TimeDependent SHARCRouting
 In Proceedings of the 16th Annual European Symposium on Algorithms (ESA’08
, 2008
"... In recent years, many speedup techniques for Dijkstra’s algorithm have been developed that make the computation of shortest paths in static road networks a matter of microseconds. However, only few of those techniques work in timedependent networks which, unfortunately, appear quite frequently in ..."
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Cited by 17 (9 self)
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In recent years, many speedup techniques for Dijkstra’s algorithm have been developed that make the computation of shortest paths in static road networks a matter of microseconds. However, only few of those techniques work in timedependent networks which, unfortunately, appear quite frequently in reality: Roads are predictably congested by traffic jams, and efficient timetable information systems rely on timedependent networks. Hence, a fast technique for routing in such networks is needed. In this work, we present an efficient timedependent route planning algorithm. It is based on our recently introduced SHARC algorithm, which we adapt by augmenting its basic ingredients such that correctness can still be guaranteed in a timedependent scenario. As a result, we are able to efficiently compute exact shortest paths in timedependent continentalsized transportation networks, both of roads and of railways. It should be noted that timedependent SHARC was the first efficient algorithm for timedependent route planning. 1
Distributed TimeDependent Contraction Hierarchies
 In Proceedings of the 9th International Symposium on Experimental Algorithms, volume 6049 of LNCS
, 2010
"... Abstract. Server based route planning in road networks is now powerful enough to find quickest paths in a matter of milliseconds, even if detailed information on timedependent travel times is taken into account. However this requires huge amounts of memory on each query server and hours of preproce ..."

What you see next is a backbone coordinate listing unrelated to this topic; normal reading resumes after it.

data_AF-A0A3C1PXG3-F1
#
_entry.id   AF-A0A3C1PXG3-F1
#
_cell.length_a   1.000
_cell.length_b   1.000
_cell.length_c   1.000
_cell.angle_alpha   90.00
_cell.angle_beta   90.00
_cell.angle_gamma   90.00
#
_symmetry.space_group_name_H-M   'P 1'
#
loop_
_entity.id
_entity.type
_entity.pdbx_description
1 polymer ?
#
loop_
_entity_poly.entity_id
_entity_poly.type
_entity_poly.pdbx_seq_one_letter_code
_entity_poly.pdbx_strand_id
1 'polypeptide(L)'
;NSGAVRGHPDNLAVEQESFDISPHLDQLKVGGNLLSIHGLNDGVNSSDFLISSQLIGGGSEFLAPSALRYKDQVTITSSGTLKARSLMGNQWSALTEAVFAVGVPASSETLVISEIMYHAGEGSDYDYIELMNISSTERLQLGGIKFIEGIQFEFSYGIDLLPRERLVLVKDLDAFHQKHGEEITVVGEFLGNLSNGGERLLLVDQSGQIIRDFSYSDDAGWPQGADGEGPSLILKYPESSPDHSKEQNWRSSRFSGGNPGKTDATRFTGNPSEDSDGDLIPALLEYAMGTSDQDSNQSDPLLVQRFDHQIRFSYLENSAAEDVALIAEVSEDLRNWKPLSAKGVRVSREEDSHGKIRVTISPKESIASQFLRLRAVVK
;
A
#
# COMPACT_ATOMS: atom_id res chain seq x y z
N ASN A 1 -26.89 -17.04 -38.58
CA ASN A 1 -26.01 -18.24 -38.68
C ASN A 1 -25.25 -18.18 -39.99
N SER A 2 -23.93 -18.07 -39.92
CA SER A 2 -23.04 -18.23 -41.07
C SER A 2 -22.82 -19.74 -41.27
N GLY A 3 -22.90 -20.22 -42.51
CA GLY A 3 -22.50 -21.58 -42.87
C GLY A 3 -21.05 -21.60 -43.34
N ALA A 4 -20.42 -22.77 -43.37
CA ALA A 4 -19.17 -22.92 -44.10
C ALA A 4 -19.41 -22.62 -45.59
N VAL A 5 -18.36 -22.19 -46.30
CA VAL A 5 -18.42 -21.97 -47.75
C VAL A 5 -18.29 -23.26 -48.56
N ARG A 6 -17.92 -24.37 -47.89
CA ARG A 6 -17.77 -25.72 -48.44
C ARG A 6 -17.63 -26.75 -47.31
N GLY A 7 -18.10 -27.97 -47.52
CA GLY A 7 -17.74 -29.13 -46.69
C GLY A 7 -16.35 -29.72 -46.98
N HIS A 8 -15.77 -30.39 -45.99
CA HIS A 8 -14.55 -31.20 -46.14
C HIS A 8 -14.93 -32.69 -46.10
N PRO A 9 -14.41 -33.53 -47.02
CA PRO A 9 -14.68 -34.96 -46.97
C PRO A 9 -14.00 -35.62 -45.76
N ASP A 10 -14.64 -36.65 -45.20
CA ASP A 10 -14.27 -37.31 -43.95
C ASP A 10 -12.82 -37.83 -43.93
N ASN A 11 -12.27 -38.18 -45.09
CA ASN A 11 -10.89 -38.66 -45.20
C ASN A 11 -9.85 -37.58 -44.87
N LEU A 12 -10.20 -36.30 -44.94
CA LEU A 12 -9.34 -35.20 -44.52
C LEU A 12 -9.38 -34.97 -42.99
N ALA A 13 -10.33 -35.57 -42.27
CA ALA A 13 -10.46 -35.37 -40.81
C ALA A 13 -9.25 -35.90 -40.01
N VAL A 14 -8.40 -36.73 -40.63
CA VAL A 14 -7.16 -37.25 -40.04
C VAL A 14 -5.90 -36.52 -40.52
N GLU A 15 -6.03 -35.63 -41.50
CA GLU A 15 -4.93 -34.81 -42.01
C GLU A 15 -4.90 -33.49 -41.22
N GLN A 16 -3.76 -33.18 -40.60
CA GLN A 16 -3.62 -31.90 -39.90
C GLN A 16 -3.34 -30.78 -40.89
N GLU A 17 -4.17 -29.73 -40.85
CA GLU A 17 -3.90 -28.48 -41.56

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Cited by 12 (7 self)
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Abstract. Server based route planning in road networks is now powerful enough to find quickest paths in a matter of milliseconds, even if detailed information on timedependent travel times is taken into account. However this requires huge amounts of memory on each query server and hours of preprocessing even for a medium sized country like Germany. This is a problem since global internet companies would like to work with transcontinental networks, detailed models of intersections, and regular repreprocessing that takes the current traffic situation into account. By giving a distributed memory parallelization of the arguably best current technique – timedependent contraction hierarchies, we remove these bottlenecks. For example, on a medium size network 64 processes accelerate preprocessing by a factor of 28 to 160 seconds, reduce per process memory consumption by a factor of 10.5 and increase query throughput by a factor of 25. Key words: timedependent shortest paths, distributed computation, message passing, algorithm engineering 1
Optimal Route Planning for Electric Vehicles in Large Network
 In Burgard and Roth [5